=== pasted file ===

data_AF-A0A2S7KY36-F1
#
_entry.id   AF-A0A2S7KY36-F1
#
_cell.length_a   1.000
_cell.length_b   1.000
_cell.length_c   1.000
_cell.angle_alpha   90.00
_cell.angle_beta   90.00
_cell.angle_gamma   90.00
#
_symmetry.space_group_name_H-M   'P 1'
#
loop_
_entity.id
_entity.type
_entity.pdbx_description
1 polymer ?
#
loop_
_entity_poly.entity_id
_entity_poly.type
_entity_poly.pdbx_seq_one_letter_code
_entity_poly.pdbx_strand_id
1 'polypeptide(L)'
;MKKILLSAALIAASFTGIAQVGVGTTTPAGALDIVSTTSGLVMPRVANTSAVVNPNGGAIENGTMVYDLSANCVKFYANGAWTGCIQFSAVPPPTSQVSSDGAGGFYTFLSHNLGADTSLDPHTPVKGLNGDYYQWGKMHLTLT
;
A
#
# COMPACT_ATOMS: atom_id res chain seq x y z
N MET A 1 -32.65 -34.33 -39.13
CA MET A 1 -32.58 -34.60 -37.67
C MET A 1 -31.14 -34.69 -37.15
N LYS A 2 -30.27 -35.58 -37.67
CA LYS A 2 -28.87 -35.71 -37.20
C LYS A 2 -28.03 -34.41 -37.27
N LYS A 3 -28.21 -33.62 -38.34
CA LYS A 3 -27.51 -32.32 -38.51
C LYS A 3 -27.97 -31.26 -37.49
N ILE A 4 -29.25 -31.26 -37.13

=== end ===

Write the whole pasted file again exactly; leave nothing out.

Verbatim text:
data_AF-A0A2S7KY36-F1
#
_entry.id   AF-A0A2S7KY36-F1
#
_cell.length_a   1.000
_cell.length_b   1.000
_cell.length_c   1.000
_cell.angle_alpha   90.00
_cell.angle_beta   90.00
_cell.angle_gamma   90.00
#
_symmetry.space_group_name_H-M   'P 1'
#
loop_
_entity.id
_entity.type
_entity.pdbx_description
1 polymer ?
#
loop_
_entity_poly.entity_id
_entity_poly.type
_entity_poly.pdbx_seq_one_letter_code
_entity_poly.pdbx_strand_id
1 'polypeptide(L)'
;MKKILLSAALIAASFTGIAQVGVGTTTPAGALDIVSTTSGLVMPRVANTSAVVNPNGGAIENGTMVYDLSANCVKFYANGAWTGCIQFSAVPPPTSQVSSDGAGGFYTFLSHNLGADTSLDPHTPVKGLNGDYYQWGKMHLTLT
;
A
#
# COMPACT_ATOMS: atom_id res chain seq x y z
N MET A 1 -32.65 -34.33 -39.13
CA MET A 1 -32.58 -34.60 -37.67
C MET A 1 -31.14 -34.69 -37.15
N LYS A 2 -30.27 -35.58 -37.67
CA LYS A 2 -28.87 -35.71 -37.20
C LYS A 2 -28.03 -34.41 -37.27
N LYS A 3 -28.21 -33.62 -38.34
CA LYS A 3 -27.51 -32.32 -38.51
C LYS A 3 -27.97 -31.26 -37.49
N ILE A 4 -29.25 -31.26 -37.13